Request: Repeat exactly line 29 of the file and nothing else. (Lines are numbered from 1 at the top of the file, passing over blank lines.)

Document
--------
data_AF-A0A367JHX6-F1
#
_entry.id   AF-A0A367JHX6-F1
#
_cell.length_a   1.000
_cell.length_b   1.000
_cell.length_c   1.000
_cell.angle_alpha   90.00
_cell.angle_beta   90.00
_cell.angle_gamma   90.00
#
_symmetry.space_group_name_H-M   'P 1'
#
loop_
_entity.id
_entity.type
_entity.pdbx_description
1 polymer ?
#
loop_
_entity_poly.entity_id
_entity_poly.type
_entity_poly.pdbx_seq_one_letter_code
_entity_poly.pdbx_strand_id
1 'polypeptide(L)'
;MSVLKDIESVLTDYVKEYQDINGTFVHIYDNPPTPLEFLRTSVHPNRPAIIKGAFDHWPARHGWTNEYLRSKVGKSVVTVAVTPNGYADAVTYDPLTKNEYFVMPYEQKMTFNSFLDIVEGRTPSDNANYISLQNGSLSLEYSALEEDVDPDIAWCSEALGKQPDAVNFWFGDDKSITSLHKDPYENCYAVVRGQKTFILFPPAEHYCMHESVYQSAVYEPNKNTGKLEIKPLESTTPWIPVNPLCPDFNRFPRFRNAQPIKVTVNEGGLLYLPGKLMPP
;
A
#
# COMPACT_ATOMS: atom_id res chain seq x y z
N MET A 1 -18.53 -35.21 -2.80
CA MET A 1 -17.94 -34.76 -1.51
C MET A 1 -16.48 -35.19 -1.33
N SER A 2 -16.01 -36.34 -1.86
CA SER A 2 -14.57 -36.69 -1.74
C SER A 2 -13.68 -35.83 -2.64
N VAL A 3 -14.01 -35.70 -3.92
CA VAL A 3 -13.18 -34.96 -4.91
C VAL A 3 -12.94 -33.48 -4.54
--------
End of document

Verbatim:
#